Food is Poisoning Us
Companies are continually recalling food and drinks products due to mis-labelling or contamination. For example over the past 4 weeks:
A wine company recalled their products due to incorrect allergen labelling information. Allergen: Sulphites
A food company recalled soft dried apricots due to incorrect allergen labelling information. Allergen: Sulphites
A supermarket chain recalled a green Thai style stir fry sauce due to incorrect allergen labelling information. Allergen: Fish
A supermarket chain recalled its Indian cooking sauces because the acidity levels are too low. As the acidity levels are too low, this means micro-organisms may grow and the sauces will be past their best before the ‘best before’ date that appears on the jar.
A drinks company has withdrawn batches of soft drinks because of high levels of benzoic acid (a permitted preservative)
A supermarket chain has withdrawn two batches of its own-brand wholegrain brown rice because they might be contaminated with insects.
I’ve looked at diet and nutrition in previous articles and the role of food in that diet. What about the food itself? Apart from the nutrients it provides, what other undesirable elements are included in food?
Safe food is defined as food which is free from contaminants and will not cause illness or harm.
Food poisoning is an acute illness (quick onset) caused by the consumption of contaminated or poisonous food.
There are four classes of contaminants: Microbial, Chemical,Physical and Allergenic. All have been implicated in making people ill and causing death.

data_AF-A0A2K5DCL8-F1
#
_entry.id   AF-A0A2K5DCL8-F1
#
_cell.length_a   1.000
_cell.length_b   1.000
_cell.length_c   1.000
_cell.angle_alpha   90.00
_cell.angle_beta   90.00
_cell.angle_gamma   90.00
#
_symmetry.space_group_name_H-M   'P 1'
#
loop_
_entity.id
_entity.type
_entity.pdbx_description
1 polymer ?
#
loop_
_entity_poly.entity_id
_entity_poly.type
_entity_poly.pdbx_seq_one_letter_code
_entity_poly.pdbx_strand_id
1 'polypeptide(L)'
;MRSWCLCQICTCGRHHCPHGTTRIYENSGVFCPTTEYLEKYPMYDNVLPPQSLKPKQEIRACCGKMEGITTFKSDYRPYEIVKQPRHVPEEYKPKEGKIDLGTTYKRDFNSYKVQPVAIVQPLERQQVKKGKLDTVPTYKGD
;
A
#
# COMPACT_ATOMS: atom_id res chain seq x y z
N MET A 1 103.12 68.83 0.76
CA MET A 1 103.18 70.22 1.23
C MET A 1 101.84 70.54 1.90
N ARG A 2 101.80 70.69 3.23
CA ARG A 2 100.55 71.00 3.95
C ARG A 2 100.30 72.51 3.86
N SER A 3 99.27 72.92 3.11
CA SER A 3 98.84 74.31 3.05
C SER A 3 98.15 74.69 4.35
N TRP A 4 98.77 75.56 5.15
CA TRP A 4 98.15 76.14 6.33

Food hygiene is defined as all practices and procedures that food handlers adopt to ensure the safety of food. Poor food hygiene practices are a major cause of food poisoning, not just in the commercial world of cafes, restaurants, take-outs and pre-prepared TV dinners, but also in our homes.
It has been conservatively estimated by food safety scientists that there are at least 6 million cases of food poisoning in the UK and 30 million cases in the USA every year; approximately 10% of their respective populations. These figures refer to the reported, and more substantially to the unreported cases of food poisoning. The latter constituting the biggest part of the cases. So why the increase, rather than decrease over the past 15 or more years?
1. Increase in the purchase of cheap, intensively farmed poultry. Poultry farmed in closed buildings. 14 birds reared in an area of 1 square metre. Each bird pecking at each other, at each others urine and faeces, causing infection. That is not to say that free range, organically raised poultry are free from disease, far from it. Free range states that chickens have access to the outside, not necessarily that they take that option! Even if they reach outside, they peck at soil and faeces, again causing infection.
2. Intensive feeding of farm animals was responsible for starting BSE in the 1980s. Farmers feeding dead, scrapie infected sheep’s’ carcasses to cattle was the probable cause. If farmers leave their sheep and cattle to graze naturally, it takes longer for them to reach maturity than if they are fed supplements. Farmers have to get their animals to market as quickly as possible. It makes good business sense, this way they will make a profit more quickly and cash flows. However,in order to bring their produce to market sooner they use supplemental feeds based on high protein, usually meat or fish derivatives. From an ethical point of view they are feeding vegetarians animal based protein? From a business point of view it also makes good sense to use the cheapest animal food they can source. Unfortunately a lot of the cheap food is not sterilised to kill microbial contaminants. This is transferred to the animals and to us.